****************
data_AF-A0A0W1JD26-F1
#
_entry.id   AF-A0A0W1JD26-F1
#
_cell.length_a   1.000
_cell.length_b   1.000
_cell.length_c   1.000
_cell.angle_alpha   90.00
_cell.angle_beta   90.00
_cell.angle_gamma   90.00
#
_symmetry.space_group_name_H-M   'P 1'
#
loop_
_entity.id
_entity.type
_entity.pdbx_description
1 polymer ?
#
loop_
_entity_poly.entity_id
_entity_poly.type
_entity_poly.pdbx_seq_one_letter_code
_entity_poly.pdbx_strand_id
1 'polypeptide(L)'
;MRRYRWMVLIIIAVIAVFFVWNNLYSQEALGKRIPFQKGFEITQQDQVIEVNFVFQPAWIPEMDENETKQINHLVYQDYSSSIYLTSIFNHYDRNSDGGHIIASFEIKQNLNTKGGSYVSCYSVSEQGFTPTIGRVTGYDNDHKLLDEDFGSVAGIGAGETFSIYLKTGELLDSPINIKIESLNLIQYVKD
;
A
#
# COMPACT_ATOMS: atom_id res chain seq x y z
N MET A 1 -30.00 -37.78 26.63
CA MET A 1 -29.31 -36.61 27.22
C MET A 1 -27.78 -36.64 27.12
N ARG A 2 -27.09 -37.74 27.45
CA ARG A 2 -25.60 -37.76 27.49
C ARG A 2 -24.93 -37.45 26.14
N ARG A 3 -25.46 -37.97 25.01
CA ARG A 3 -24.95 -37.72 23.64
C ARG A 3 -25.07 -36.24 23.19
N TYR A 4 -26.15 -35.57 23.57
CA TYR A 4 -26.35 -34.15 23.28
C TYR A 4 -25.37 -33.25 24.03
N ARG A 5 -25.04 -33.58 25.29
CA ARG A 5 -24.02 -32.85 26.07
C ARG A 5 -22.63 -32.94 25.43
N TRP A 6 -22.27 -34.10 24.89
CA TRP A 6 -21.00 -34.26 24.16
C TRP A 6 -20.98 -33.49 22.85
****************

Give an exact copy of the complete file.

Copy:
data_AF-A0A0W1JD26-F1
#
_entry.id   AF-A0A0W1JD26-F1
#
_cell.length_a   1.000
_cell.length_b   1.000
_cell.length_c   1.000
_cell.angle_alpha   90.00
_cell.angle_beta   90.00
_cell.angle_gamma   90.00
#
_symmetry.space_group_name_H-M   'P 1'
#
loop_
_entity.id
_entity.type
_entity.pdbx_description
1 polymer ?
#
loop_
_entity_poly.entity_id
_entity_poly.type
_entity_poly.pdbx_seq_one_letter_code
_entity_poly.pdbx_strand_id
1 'polypeptide(L)'
;MRRYRWMVLIIIAVIAVFFVWNNLYSQEALGKRIPFQKGFEITQQDQVIEVNFVFQPAWIPEMDENETKQINHLVYQDYSSSIYLTSIFNHYDRNSDGGHIIASFEIKQNLNTKGGSYVSCYSVSEQGFTPTIGRVTGYDNDHKLLDEDFGSVAGIGAGETFSIYLKTGELLDSPINIKIESLNLIQYVKD
;
A
#
# COMPACT_ATOMS: atom_id res chain seq x y z
N MET A 1 -30.00 -37.78 26.63
CA MET A 1 -29.31 -36.61 27.22
C MET A 1 -27.78 -36.64 27.12
N ARG A 2 -27.09 -37.74 27.45
CA ARG A 2 -25.60 -37.76 27.49
C ARG A 2 -24.93 -37.45 26.14
N ARG A 3 -25.46 -37.97 25.01
CA ARG A 3 -24.95 -37.72 23.64
C ARG A 3 -25.07 -36.24 23.19
N TYR A 4 -26.15 -35.57 23.57
CA TYR A 4 -26.35 -34.15 23.28
C TYR A 4 -25.37 -33.25 24.03
N ARG A 5 -25.04 -33.58 25.29
CA ARG A 5 -24.02 -32.85 26.07
C ARG A 5 -22.63 -32.94 25.43
N TRP A 6 -22.27 -34.10 24.89
CA TRP A 6 -21.00 -34.26 24.16
C TRP A 6 -20.98 -33.49 22.85